Such draconian rules greatly facilitated housing and industrialisation programmes. State ownership of land rose from 31 per cent in 1949 to 44 per cent in 1960, and 76 per cent by 1985. Land reclamation did play a part in this change, along with the transfer of British military space. But to ensure a perpetual supply, Lee’s government also passed legislation to ensure the leases on state-owned land would not exceed 99 years.
These methods are unthinkable in contemporary Hong Kong. While legally possible, the compulsory acquisition of private land for public housing is rare and generally eschewed. Although Hong Kong law allows the Land Development Corporation (LDC) to take space away from private owners at market prices, the efficacy of this law is limited. The LDC has to demonstrate there is no “undue detriment” to the interests of landowners, which is often difficult.
Land reform almost always requires landowners’ interests be subordinate to those of the state, and especially those of the landless. This is not the case in Hong Kong.
Lastly, to ensure the affordability of public housing, the Singapore government designed its policies to explicitly favour home ownership. The units set aside for this purpose were initially priced such that buying was a more attractive option than renting HDB homes.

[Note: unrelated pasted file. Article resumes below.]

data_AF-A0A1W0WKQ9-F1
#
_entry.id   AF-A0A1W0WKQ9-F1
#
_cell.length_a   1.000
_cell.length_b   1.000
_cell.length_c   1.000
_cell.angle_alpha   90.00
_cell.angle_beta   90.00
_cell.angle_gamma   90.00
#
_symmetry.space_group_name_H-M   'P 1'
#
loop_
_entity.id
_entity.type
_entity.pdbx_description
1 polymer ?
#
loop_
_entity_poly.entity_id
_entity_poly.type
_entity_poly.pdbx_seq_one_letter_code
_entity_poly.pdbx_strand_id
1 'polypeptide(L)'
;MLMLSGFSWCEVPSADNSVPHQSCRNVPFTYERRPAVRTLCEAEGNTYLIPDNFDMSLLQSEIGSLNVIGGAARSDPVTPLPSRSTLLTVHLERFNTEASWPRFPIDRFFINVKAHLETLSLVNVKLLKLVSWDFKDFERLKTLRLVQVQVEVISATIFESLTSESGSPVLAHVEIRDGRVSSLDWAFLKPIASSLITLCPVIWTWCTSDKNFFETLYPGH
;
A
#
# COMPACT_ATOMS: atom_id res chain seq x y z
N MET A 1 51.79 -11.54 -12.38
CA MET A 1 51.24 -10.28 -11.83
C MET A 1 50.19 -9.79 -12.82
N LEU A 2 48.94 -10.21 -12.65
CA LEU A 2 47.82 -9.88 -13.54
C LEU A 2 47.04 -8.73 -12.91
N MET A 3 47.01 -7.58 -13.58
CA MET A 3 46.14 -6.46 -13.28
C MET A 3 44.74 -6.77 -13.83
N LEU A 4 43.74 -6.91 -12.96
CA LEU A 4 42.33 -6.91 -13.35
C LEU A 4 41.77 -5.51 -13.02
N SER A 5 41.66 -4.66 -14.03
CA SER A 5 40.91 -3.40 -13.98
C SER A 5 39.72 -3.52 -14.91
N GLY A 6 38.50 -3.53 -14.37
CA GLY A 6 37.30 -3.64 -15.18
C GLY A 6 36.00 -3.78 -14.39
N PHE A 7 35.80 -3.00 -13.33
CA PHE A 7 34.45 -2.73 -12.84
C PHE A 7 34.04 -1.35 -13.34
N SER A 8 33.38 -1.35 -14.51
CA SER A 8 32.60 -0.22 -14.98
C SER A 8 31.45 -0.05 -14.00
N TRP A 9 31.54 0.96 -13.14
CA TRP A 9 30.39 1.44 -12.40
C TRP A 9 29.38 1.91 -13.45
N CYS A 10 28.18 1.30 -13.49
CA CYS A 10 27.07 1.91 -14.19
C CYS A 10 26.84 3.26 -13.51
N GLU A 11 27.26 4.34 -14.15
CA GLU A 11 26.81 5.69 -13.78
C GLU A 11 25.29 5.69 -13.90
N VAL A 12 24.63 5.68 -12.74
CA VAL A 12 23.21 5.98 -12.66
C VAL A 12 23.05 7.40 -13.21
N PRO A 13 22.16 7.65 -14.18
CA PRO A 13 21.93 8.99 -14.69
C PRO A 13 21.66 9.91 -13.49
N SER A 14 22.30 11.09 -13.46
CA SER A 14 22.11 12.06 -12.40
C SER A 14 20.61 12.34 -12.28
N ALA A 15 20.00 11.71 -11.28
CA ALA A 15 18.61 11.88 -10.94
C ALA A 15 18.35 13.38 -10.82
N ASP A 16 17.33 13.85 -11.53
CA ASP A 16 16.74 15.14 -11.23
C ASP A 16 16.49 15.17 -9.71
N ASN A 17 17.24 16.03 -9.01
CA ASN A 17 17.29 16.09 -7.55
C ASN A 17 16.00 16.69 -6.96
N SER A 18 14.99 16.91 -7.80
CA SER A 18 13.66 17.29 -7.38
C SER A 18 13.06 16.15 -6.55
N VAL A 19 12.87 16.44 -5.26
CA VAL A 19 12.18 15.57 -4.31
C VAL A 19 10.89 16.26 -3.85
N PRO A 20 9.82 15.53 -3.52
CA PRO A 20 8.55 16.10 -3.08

In 1968 the Singapore government went further. It increased the amount of money Singaporeans had to contribute to the Central Provident Fund (CPF) so that citizens could then use these savings to finance home purchases. The CPF was established in 1955 as a pension plan, with employees putting in 5 per cent of their monthly salary.
The revamped CPF required monthly contributions of 6 per cent from the employee, and 6 per cent from employers. By 1990 the rates had risen to 16 per cent and 24 per cent, respectively. This demanded sacrifice on the part of citizens since it ate into their daily spending.
Such stringent mandatory savings plans would be unlikely to garner much support in Hong Kong. Many would perceive them as paternalistic and would not accept the lower take-home pay they entail.
In 2017, two decades after Hong Kong’s return to Chinese sovereignty, only about 36 per cent of households were in public housing and 49 per cent owned their homes.
Unlike Singapore, where financing is facilitated by affordable public housing prices and CPF savings, ownership of public flats in Hong Kong is not supported by government policy to the same degree. A successful applicant for a flat in Hong Kong under the Home Ownership Scheme does not own the property until he or she pays a land premium determined by the market value. On acquiring the flat, the applicant pays to the government only the cost of its construction.
Neither Singapore’s past experience nor its present circumstances suggest it should be a model for Hong Kong. While the public housing programme was hugely successful in its first 50 years, some Singaporeans now raise questions about the long-term viability of a policy based (implicitly at least) on perpetually rising flat values. Having put much of their CPF savings into securing a home, many Singaporeans today are worried about the prospect of declining values on their ageing HDB properties.
Given how unique and context-specific Singapore’s success in public housing was, it is questionable whether it can be grafted onto contemporary Hong Kong’s context – unless its society and politics were to mimic Singapore’s, and how likely or desirable is that for Hong Kong? ■